We all give and receive feedback, but we often miss these 3 keys to effective constructive criticism.
No matter what your job is, or what role you play in the lives of people around you, you need feedback. Whether the environment is home, business, church, organizations, or even relationships, feedback is essential. Criticism shows us what is lacking in our work and lives, and constructive criticism presents a clear way to address it.
It helps us leave behind something and move toward what’s better.
What the Internet Did
The advent of the Internet has transformed everyone into an artist, a producer, and a marketer.
We all create our own content, to one degree or another. [If you want someone to do it for you, I can help.] We all decide what content to pay attention to, and what content to ignore. We all decide what to share and how to present ourselves online.
When it comes to how we use the Internet, we’re all becoming creators (if we weren’t already). So in our writing, filmmaking, photographing, designing, sharing, connecting, and everything else we do, we can put the best work out there. No half-hearted work. No half-hearted play, either.
I put together a few thoughts about giving and receiving feedback, which I shared while coaching a group of writers. If we each want to hone our crafts and do our best in whatever we do, we’ll have to incorporate good use of feedback and constructive criticism.
Maybe something here can help you, too.
3 Essential Parts of Constructive Criticism
Lawrence Miller said:
“The achievement of excellence can only occur if the organization promotes a culture of creative dissatisfaction.”
Be dissatisfied with less than the best work. We can do better.
We should never think we’ve reached excellence, because that’s when we lose our creative drive. Keep pressing forward. We’re not done chasing excellence until God tells us it’s over.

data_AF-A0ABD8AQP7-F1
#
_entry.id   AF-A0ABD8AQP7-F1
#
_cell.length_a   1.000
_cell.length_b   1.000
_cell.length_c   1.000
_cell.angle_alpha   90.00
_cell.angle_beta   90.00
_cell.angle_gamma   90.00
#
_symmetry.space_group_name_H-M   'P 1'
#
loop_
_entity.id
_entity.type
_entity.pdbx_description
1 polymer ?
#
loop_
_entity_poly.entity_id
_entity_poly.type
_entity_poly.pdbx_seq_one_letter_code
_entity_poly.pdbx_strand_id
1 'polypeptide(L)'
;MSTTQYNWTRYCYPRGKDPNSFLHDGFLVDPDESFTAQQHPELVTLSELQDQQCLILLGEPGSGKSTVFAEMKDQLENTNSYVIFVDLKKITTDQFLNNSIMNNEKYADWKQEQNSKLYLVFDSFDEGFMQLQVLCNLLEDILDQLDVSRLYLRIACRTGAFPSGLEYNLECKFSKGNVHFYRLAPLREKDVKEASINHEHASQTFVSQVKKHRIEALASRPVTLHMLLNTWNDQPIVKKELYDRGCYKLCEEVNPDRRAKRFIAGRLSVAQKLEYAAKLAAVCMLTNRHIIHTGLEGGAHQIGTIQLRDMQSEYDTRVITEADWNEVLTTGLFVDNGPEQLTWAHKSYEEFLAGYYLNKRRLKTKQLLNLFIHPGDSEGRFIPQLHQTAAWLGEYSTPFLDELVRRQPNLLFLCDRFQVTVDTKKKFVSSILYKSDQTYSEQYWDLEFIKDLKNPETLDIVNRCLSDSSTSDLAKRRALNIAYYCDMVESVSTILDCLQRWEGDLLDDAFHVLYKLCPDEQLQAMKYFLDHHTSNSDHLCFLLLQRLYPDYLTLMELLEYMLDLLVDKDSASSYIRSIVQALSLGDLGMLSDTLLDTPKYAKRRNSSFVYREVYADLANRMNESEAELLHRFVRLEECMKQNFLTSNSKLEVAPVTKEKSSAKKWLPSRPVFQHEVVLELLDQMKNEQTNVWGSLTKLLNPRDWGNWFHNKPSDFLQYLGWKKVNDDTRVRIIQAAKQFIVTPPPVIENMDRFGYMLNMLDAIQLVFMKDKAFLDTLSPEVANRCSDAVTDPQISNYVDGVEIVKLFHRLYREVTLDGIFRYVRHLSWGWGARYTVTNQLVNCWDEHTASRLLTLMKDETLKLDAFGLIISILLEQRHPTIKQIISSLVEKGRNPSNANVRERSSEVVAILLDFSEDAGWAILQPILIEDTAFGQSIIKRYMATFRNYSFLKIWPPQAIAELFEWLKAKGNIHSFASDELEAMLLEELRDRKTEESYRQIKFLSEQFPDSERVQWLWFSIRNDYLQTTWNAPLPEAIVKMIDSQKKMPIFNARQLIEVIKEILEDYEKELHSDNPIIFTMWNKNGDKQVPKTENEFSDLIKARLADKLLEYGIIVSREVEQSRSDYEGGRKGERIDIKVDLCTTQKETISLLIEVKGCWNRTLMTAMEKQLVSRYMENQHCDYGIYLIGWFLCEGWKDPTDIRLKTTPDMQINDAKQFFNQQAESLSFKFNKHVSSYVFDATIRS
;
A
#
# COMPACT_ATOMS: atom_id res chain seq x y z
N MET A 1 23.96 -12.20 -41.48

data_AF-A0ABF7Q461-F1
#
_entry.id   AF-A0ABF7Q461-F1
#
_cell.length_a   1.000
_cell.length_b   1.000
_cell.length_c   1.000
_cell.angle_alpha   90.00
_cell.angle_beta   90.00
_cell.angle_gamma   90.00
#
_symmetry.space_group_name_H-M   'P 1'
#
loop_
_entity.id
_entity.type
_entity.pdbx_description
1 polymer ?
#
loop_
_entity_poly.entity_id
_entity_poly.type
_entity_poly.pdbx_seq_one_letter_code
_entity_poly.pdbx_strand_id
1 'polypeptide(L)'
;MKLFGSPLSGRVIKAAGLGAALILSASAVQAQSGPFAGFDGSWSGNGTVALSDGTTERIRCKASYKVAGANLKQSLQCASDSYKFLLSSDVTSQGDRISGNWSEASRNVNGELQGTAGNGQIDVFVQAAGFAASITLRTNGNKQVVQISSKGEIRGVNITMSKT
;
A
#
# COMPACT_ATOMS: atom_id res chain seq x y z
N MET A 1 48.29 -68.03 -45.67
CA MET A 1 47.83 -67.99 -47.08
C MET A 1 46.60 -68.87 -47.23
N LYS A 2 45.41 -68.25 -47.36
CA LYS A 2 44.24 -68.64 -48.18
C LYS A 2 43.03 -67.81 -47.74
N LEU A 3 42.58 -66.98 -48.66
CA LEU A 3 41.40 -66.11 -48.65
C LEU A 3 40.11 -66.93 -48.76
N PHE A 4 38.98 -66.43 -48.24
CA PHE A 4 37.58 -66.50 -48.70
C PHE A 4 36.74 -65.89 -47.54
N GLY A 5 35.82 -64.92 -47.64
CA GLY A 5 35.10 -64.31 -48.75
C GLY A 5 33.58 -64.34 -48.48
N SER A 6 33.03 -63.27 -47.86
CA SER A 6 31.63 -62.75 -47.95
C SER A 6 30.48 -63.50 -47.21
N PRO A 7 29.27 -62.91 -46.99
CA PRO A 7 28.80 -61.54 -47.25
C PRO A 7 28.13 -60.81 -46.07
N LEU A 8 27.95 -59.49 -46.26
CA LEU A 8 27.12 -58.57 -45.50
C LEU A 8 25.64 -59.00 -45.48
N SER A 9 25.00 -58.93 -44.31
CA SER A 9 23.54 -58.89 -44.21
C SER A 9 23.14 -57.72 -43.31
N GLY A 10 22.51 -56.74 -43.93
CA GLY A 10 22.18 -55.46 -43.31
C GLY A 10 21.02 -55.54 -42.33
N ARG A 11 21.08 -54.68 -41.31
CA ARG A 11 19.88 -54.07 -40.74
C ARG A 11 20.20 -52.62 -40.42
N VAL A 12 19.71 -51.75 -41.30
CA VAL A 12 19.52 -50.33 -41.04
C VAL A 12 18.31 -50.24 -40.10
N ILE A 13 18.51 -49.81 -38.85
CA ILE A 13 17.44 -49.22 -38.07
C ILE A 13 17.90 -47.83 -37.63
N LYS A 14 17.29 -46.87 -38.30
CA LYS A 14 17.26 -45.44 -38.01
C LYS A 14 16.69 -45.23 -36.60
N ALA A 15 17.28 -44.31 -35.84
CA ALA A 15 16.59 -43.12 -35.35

How do we keep chasing excellence? Offer and accept feedback.
How Do You Give Good Feedback?
Good feedback requires these 3 characteristics:
- Good feedback is consistent, not sporadic.
- Good feedback is specific, not ambiguous.
- Good feedback is constructive, not destructive.
The point of Constructive Criticism is to create work in which the best idea wins.
To find the best ideas, we must be willing to give and accept input. Allow others to speak into the project. With a variety of perspectives, backgrounds, and styles, we can push past the good to the best.
Good is the enemy of the best. (tweet that)
“The best way to get a good idea is to get lots of ideas and throw the bad ones away.” – Linus Pauling
When you give constructive criticism to someone else, be specific.
Good Constructive Criticism Always Includes 3 Things
1. Constructive criticism includes what is good.
- Always start with something positive. Show them what they did well.
- Treating people well always comes before—but not at the expense of—doing the best work.
2. Constructive criticism includes what is bad.
- If you don’t include what’s missing or wrong, there’s no clear way to move forward into something better.
3. Constructive criticism includes why something is good or bad.
- Why is huge. It’s the driving force of all our creative decisions.
- We don’t want to do their work for them, but to give them tools to do better work in the future.
- Think of your role here as mentoring: point them the direction, tell them why it’s best direction, then give them the freedom to rework and reshape it.
“Creativity is not the finding of a thing, but the making something out of it after it is found.” — James Russell Lowell (tweet that)
Now get out there and do great work, offering and accepting meaningful feedback.
What’s missing from this description of feedback and constructive criticism? Leave a comment below.
Learn more about listening to the right voices and making better choices in your work, relationships, and life. Sign up here to read a chapter from my upcoming book, The Variable Life: Finding Clarity and Confidence in a World of Choices.